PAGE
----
• Dumenci L.
      • Rescorla L.A.
      Ratings of relations between DSM-IV diagnostic categories and items of the adult self-report ( ASR ) and adult behavior checklist (ABCL).
      ]. The following categories were used: 1 = normal; 2 = borderline; and 3 = clinical. A total of 5.2% adolescents met the borderline range and 2.4% met the clinical range.

      Strategy of analyses

      The RI-CLPM was specified in Mplus 7.3 [

      Muthén, L.K. and Muthén, B.O. Mplus User’s Guide. Seventh Edition. Los Angeles, CA: Muthén & Muthén; 1998-2012. Available at: https://www.statmodel.com/download/usersguide/Mplus%20user%20guide%20Ver_7_r3_web.pdf. Accessed July 07, 2022.

      ]. This model included stability paths for antisocial behavior, alcohol use, impulsivity, and cross-lagged paths between these variables. Concurrent associations between these variables of interest were also estimated in this model. Furthermore, we controlled for gender, race, ethnicity, and SES. Next, the variance between persons (i.e., stable time invariant traits) was parceled out from the variance of the observed scores [
      • Hamaker E.L.
      • Kuiper R.M.
      • Grasman R.P.P.P.
      A critique of the cross-lagged panel model.
      ], by controlling the random intercept in the scores of antisocial behavior, substance use, and impulsivity. As a result, the cross-lagged linkages signify whether a within-person change in alcohol use, for example, can be predicted by deviation from one's own mean score on impulsivity and vice versa [
      • Hamaker E.L.
      • Kuiper R.M.
      • Grasman R.P.P.P.
      A critique of the cross-lagged panel model.
      ]. We constrained the cross-lagged paths to be equal [
      • Hamaker E.L.
      • Kuiper R.M.
      • Grasman R.P.P.P.
      A critique of the cross-lagged panel model.
      ] across T1–T3 as the time-lag between these time points were equal and since this did not worsen the model fit, X2(6) = 8.90, p = .179. To account for developmental changes in the means, we did not constrain the means to be equal over time [
      • Keijsers L.
      Parental monitoring and adolescent problem behaviors.
      ]. Finally, to test for indirect effects between initial impulsivity and T4 AUD and APD, we included cross-sectional paths between T4 alcohol use and antisocial behavior with those outcomes.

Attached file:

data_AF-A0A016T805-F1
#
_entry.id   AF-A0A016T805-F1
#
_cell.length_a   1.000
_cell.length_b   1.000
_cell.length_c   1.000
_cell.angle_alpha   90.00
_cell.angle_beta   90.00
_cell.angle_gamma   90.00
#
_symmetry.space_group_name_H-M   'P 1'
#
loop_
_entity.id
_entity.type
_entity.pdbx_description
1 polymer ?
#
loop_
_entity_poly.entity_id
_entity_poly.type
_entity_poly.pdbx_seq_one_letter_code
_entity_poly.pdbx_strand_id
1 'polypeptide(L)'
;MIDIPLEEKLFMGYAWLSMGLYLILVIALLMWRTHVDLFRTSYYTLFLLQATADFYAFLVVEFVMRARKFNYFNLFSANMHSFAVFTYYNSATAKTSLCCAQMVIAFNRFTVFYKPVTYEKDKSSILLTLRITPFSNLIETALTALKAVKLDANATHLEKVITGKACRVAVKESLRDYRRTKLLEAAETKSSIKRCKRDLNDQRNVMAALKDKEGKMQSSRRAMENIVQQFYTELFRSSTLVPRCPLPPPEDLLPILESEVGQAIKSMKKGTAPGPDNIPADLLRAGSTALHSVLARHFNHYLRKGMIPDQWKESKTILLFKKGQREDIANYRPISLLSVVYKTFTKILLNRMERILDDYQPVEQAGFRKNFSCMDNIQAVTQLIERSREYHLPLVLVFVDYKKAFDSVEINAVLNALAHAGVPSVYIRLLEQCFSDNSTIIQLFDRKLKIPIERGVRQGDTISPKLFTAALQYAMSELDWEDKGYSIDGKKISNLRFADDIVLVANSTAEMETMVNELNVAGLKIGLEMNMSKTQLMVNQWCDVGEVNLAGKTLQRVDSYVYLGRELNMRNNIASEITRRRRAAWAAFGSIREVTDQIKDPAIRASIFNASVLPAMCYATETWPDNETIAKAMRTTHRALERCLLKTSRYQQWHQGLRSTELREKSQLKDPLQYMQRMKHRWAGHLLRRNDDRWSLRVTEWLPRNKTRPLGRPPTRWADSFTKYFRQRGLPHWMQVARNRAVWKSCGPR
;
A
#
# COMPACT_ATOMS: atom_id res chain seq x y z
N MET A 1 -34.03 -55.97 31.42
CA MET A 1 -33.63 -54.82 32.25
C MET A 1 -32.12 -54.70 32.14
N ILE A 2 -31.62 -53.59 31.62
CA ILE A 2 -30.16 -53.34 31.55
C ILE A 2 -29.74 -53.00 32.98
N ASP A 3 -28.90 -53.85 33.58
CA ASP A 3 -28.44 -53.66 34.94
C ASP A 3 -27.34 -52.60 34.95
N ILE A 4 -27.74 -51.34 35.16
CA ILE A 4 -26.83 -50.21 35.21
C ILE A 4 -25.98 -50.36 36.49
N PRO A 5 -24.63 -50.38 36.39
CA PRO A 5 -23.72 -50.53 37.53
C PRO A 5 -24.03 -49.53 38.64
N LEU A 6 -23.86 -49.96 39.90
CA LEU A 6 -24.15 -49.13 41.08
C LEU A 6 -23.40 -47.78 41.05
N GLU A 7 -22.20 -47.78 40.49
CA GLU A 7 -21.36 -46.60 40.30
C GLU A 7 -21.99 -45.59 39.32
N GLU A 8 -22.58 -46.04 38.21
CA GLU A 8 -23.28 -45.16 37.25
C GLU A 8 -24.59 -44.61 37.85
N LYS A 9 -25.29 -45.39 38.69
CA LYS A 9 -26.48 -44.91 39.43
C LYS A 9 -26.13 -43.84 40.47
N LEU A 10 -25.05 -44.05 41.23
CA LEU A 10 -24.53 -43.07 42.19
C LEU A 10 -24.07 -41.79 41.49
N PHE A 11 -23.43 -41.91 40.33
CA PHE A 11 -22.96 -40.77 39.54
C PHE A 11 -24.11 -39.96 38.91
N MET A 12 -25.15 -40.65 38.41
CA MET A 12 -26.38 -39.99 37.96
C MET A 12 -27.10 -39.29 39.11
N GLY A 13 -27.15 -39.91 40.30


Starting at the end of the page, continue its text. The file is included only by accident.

To test the significance of the mediational paths, we conducted mediation analyses using bootstrapped standard errors [
      • MacKinnon D.
      • Lockwood C.
      • Williams J.
      Confidence limits for the indirect effect: Distribution of the product and resampling methods.
      ]. Given no apparent bias in participant dropout [
      • Khurana A.
      • Romer D.
      • Betancourt L.M.
      • Hurt H.
      Modeling trajectories of sensation seeking and impulsivity dimensions from early to late adolescence: universal trends or distinct sub-groups?.
      ,
      • Defoe I.N.
      • Khurana A.
      • Betancourt L.M.
      • et al.
      Disentangling longitudinal relations between youth cannabis use, peer cannabis use, and conduct problems: Developmental cascading links to cannabis use disorder.
      ], we used Full Information Maximum Likelihood for missing data [

      Muthén, L.K. and Muthén, B.O. Mplus User’s Guide. Seventh Edition. Los Angeles, CA: Muthén & Muthén; 1998-2012. Available at: https://www.statmodel.com/download/usersguide/Mplus%20user%20guide%20Ver_7_r3_web.pdf. Accessed July 07, 2022.

      ]. The magnitude of these cross-lagged paths were interpreted as 0.03 (small effect), 0.07 (medium effect), and 0.12 (large effect) [
      • Orth U.
      • Meier L.L.
      • Bühler J.L.
      • et al.
      Effect size guidelines for cross-lagged effects.
      ].

      Results

      The means of alcohol use increased over the waves but antisocial behavior and impulsivity peaked at T3 and T2, respectively, and declined thereafter (Table 1). All variables were concurrently correlated in the expected directions at each wave (Table 2).
      Table 1Descriptive statistics of variables in the RI-CLPM model
      VariablesMinimumMaximumMeanSD
      T1 Alcohol use03.000.440.70
      T2 Alcohol use03.000.530.76
      T3 Alcohol use03.000.770.89
      T4 Alcohol use03.001.420.87
      T4 AUDc03.000.470.85
      T1 Impulsivity013.005.193.29
      T2 Impulsivity013.005.233.53
      T3 Impulsivity012.004.763.20
      T4 Impulsivity013.004.073.24
      T1 Antisocial behavior01.400.220.23
      T2 Antisocial behavior01.000.240.21
      T3 Antisocial behavior01.270.270.24
      T4 Antisocial behavior01.000.220.19
      T4 APDc13.001.100.37
      APDc = Antisocial Personality Disorder criteria; AUDc = Alcohol Use Disorder criteria.
      Table 2Correlations between variables in the RI-CLPM model
      Variables1.2.3.4.5.6.7.8.9.10.11.12.13.14.
      1. T1 AU-
      2. T2 AU0.53∗∗-
      3. T3 AU0.47∗∗0.56∗∗-
      4. T4 AU0.32∗∗0.34∗∗0.47∗∗-
      5. T4 AUD0.18∗∗0.19∗∗0.22∗∗0.34∗∗-
      6. T1 AB0.46∗∗0.35∗∗0.30∗∗0.17∗∗0.15∗-
      7. T2 AB0.38∗∗0.46∗∗0.36∗∗0.19∗∗0.13∗0.68∗∗-
      8. T3 AB0.30∗∗0.31∗∗0.42∗∗0.29∗∗0.21∗∗0.64∗∗0.69∗∗-
      9. T4 AB0.19∗∗0.26∗∗0.25∗∗0.29∗∗0.32∗∗0.40∗∗0.43∗∗0.57∗∗-
      10. T4 APD0.090.15∗0.100.16∗∗0.39∗∗0.21∗∗0.21∗∗0.33∗∗0.68∗∗-
      11. T1 IMP0.36∗∗0.30∗∗0.31∗∗0.22∗∗0.100.56∗∗0.48∗∗0.50∗∗0.34∗∗0.14∗-
      12. T2 IMP0.32∗∗0.33∗∗0.32∗∗0.18∗∗0.14∗0.49∗∗0.55∗∗0.47∗∗0.29∗∗0.090.71∗∗-